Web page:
So, I finished my “outline” of T.J.’s Story (such as it is), and guess what? Just because I list things like “listens to Sam’s message on the answering machine” in chapter 1 or “visits Gram in the nursing home” in chapter 3 or “Sam wonders why T.J. calls home so much” in chapter 14 doesn’t mean these are actual SCENES! So what are they if they aren’t “scenes?” What IS a scene, anyway? I decided to reread Jack Bickham’s Scene and Structure to find out.
In case you’re interested, a scene (according to Bickham) is “a segment of story action, written moment-by-moment, without summary, presented onstage in the story ‘now.’ It is NOT something that goes on inside a character’s head; it is physical.”
Bickham goes on to say that a scene needs to have a statement of goal, there needs to be some introduction and development of conflict, and then you can’t allow your main character to attain his/her scene goal. He/she must leave the scene in worse shape than he/she was in when he/she began the scene.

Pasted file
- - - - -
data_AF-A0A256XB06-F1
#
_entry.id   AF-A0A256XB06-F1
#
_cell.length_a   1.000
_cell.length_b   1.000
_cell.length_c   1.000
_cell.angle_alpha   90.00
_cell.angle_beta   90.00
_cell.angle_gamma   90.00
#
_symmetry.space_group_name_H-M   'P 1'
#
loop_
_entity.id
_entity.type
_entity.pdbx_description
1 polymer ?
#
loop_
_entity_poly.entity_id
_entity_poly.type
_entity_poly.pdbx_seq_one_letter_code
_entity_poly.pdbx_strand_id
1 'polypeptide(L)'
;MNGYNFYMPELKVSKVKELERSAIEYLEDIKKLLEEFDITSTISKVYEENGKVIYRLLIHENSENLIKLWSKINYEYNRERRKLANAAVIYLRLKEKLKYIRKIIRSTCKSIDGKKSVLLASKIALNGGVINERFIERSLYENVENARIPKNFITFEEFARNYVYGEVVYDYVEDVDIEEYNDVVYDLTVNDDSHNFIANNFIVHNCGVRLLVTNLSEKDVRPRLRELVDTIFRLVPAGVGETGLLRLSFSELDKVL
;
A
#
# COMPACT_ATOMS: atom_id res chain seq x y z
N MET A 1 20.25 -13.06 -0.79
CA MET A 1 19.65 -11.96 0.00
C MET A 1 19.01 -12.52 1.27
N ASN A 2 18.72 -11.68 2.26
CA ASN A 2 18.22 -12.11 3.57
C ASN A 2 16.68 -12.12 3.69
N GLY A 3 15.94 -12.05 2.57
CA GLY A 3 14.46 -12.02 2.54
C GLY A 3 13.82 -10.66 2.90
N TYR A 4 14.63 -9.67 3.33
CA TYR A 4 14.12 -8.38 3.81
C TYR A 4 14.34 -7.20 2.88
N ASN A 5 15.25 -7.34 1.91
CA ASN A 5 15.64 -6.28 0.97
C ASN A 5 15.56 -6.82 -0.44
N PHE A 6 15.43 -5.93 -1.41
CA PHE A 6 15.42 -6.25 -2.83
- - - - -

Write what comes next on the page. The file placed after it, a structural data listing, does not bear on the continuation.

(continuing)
So, what’s actually going on in T.J.’s Story? Forget what’s going on inside her head…what’s happening on stage in the here and now? I decided to take Bickham’s advice and list each of my scenes on a note card. Each note card lists the scene goal, who is in conflict with T.J., where the conflict is occurring, the twists/turns that occur during the scene and finally the “disaster” at the end of the scene. (I have to admit there aren’t as many of these cards as there should be…)
The first half of the book is okay. In fact, this little exercise has shown me the first half of the book is actually better than I thought it was in terms of scene development. I do have actual scenes…with goals, twists/turns and disasters. Things are happening. And the scenes are even strung together with cause and effect (yes, I do actually know something about writing a novel). But it all sort of falls apart halfway through the book. I don’t have scenes anymore halfway through…
The question is why not???